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How Fox’s ‘Empire’ Topped the Charts With a Hip-Hop Soap Opera

”No one here has ever treated it like it’s a quote-unquote ‘black show,'“ COO Joe Earley told TheWrap. ”We treated it like its an amazing thrill ride that we loved“

Fox’s “Empire” debuted to a very strong 3.8 demo rating on Wednesday night, knotting the hip-hop drama with ABC’s “How to Get Away With Murder” for top series premiere of the season.

Network execs knew they had a hit on their hands content-wise, but getting there certainly wasn’t effortless — or particularly economical. The marketing push behind “Empire” was financially on par with “Gotham,” though the Batman prequel spent its money over a much longer period of time, Fox COO Joe Earley told TheWrap.

“‘Empire’ had to work harder — it was a more fractured outreach,” Earley said, speaking of the more abbreviated timeline and broader push of his newest big show.

Earley would not reveal specific dollar amounts associated with the Terrence Howard and Taraji P. Henson vehicle.

“A big part of marketing and publicity campaigns for ‘Empire’ was attempting to get influencers to watch the show,” said Earley, who is counting on positive word of mouth to hand over very healthy Live + 3 Day numbers — the metric in which his network is currently most interested.

“Research has told us for many years peer-to-peer recommendation is much more influential than paid media,” he explained.

One of those, ironically, was Shonda Rhimes — the woman behind the aforementioned “HTGAWM” — whose unsolicited show support on Twitter surely didn’t hurt matters.

“That was just organic and cool,” Earley said of getting a little help from the competition.

So, “Empire” spent money like “Gotham,” “American Idol” and “Sleepy Hollow” — some of the most lavishly marketed Fox series — but the internal feeling more closely resembled that of the debut of “Glee,” Earley told us. Fox knew it had “the magic” in both instances, he said, and exposed it via a ton of preview screenings.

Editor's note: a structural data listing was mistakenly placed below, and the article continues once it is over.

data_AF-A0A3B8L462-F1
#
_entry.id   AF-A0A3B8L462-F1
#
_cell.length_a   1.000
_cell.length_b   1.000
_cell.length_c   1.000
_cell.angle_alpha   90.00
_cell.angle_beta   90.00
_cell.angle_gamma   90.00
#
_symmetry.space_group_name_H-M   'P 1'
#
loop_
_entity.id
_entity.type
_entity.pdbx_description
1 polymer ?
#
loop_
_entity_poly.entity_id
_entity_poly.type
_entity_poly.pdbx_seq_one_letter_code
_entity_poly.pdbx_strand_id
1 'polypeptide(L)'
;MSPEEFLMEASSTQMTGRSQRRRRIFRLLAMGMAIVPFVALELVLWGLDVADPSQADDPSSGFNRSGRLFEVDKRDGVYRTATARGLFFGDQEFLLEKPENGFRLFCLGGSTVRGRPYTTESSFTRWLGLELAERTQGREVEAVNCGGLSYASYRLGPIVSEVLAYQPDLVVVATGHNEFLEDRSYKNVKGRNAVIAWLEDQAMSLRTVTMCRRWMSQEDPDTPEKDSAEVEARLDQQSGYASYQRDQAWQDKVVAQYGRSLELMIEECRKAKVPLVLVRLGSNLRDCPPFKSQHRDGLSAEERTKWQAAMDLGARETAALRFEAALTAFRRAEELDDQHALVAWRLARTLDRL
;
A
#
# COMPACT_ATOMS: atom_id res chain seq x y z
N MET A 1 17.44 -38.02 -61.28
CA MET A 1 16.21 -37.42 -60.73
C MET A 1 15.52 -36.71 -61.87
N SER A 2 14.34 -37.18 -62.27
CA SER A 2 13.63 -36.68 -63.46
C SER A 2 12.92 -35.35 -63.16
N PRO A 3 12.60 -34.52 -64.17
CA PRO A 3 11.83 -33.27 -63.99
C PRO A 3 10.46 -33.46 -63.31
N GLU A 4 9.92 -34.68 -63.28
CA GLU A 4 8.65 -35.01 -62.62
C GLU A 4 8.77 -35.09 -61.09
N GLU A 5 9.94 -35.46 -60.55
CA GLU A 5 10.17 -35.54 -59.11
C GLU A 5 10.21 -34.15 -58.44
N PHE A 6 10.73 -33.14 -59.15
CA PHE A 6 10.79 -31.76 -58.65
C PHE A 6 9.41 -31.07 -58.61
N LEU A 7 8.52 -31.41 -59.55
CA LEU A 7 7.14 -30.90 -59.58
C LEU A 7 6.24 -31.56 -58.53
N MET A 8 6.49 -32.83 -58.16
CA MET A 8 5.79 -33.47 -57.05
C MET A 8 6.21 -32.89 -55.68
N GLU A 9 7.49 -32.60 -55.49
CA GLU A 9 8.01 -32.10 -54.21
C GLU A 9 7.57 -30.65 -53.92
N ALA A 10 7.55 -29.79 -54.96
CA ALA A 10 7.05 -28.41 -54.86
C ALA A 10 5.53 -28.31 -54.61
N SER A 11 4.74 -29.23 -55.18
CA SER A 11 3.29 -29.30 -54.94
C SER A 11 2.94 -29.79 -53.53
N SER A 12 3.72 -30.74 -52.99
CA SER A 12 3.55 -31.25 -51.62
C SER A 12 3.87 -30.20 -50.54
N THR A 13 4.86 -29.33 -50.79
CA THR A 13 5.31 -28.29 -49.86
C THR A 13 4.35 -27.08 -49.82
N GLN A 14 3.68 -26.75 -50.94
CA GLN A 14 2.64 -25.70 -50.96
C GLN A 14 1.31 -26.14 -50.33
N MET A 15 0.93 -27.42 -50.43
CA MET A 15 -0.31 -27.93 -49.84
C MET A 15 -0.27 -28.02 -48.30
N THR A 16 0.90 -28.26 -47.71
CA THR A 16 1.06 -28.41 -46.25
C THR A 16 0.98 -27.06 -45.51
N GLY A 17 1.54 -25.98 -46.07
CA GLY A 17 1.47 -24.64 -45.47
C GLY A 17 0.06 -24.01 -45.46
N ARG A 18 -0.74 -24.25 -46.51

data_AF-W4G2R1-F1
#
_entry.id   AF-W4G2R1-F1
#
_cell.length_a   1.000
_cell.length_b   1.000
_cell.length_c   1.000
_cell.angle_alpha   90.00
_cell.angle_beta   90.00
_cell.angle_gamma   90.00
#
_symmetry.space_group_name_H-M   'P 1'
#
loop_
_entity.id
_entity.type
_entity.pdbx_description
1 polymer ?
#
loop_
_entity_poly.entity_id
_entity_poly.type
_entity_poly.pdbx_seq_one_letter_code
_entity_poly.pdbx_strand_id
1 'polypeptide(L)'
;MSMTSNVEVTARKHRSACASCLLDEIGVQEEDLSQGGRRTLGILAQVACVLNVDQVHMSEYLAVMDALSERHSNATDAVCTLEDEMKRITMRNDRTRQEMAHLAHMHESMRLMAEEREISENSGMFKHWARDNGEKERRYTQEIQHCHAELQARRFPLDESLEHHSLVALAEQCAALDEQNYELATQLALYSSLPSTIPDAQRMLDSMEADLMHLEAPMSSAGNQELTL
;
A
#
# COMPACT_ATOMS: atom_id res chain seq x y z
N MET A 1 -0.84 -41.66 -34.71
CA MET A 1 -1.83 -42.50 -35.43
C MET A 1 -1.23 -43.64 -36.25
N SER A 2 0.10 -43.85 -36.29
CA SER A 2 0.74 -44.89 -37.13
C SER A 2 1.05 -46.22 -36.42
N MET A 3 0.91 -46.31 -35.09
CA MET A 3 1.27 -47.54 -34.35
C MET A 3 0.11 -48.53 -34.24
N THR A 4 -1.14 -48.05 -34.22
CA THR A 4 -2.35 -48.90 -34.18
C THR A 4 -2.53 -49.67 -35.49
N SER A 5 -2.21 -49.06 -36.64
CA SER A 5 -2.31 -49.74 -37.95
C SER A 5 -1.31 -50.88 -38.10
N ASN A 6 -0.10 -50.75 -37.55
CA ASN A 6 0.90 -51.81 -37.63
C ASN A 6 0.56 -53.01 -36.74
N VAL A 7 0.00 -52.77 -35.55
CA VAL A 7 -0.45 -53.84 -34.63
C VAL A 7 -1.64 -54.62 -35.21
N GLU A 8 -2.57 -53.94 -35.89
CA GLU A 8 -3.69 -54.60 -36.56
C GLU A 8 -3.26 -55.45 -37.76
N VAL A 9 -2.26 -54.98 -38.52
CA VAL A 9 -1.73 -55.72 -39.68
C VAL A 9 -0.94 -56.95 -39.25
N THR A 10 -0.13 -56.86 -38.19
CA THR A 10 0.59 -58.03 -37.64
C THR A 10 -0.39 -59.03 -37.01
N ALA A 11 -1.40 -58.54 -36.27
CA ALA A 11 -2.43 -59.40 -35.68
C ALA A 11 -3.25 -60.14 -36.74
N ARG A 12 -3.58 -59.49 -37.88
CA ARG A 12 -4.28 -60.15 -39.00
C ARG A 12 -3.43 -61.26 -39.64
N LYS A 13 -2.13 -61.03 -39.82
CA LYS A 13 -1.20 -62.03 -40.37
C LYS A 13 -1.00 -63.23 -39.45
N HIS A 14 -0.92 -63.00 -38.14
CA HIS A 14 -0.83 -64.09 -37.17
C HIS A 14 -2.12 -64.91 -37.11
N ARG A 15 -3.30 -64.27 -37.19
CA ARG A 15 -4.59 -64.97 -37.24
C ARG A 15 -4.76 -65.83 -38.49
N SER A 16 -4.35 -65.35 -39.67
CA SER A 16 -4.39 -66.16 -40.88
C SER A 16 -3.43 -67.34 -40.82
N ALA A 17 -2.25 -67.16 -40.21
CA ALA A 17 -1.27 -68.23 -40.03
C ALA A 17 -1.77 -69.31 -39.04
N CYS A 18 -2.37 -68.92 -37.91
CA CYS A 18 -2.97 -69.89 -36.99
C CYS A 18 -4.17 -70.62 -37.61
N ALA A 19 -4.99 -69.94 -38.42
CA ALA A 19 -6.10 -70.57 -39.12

Earley counted 80 different influencer screenings “across every conceivable demographic,” specifically targeting universities (including historically black colleges) and LGBT groups. He said every media platform was also accounted for.

And the “Empire” gang didn’t just open the checkbooks; they got pretty creative with the dough. The show sponsored a Manny Pacquiao fight, lit up the Empire State Building and created custom-made jewelry and sneakers to highlight the show’s fashion influence. Another fun stunt was wrapping one New York City bus in each of the five boroughs with an “Empire” ad, offering a tour of the city’s hip-hop history. Those tourist traps ended with surprise performances by a rapper, such as French Montana.

Earley also touted the show’s big-name producers for their aptitude at marketing, complimenting the efforts of Lee Daniels, Danny Strong and Brian Grazer.

Finally, it’s obvious that “Empire” doesn’t look like many shows on TV; the show features a mostly African-American cast, which presents both unique marketing opportunities and challenges.

“The African-American audience is hugely important,” Earley told us. “We didn’t want it to be perceived as pandering. We sold it to everyone … we went for those universally relayed themes, [but] for the African-American audience. We wanted to be respectful.”

By that last part, Earley meant getting together the best cast possible and not skimping anywhere, from spending cash to targeting those known commodities.

“No one here has ever treated it like it’s a quote-unquote ‘black show,'” he concluded. “We treated it like its an amazing thrill ride that we loved. I think it would have been a mistake to treat it [any other] way.”

So far, the plan has worked. Earley and co. will find out how those L+3 premiere ratings faired on Monday.

Empire airs Wednesdays at 9 p.m. on Fox.

Watch a video from one of the bus tours, then scroll down for TheWrap cast interviews: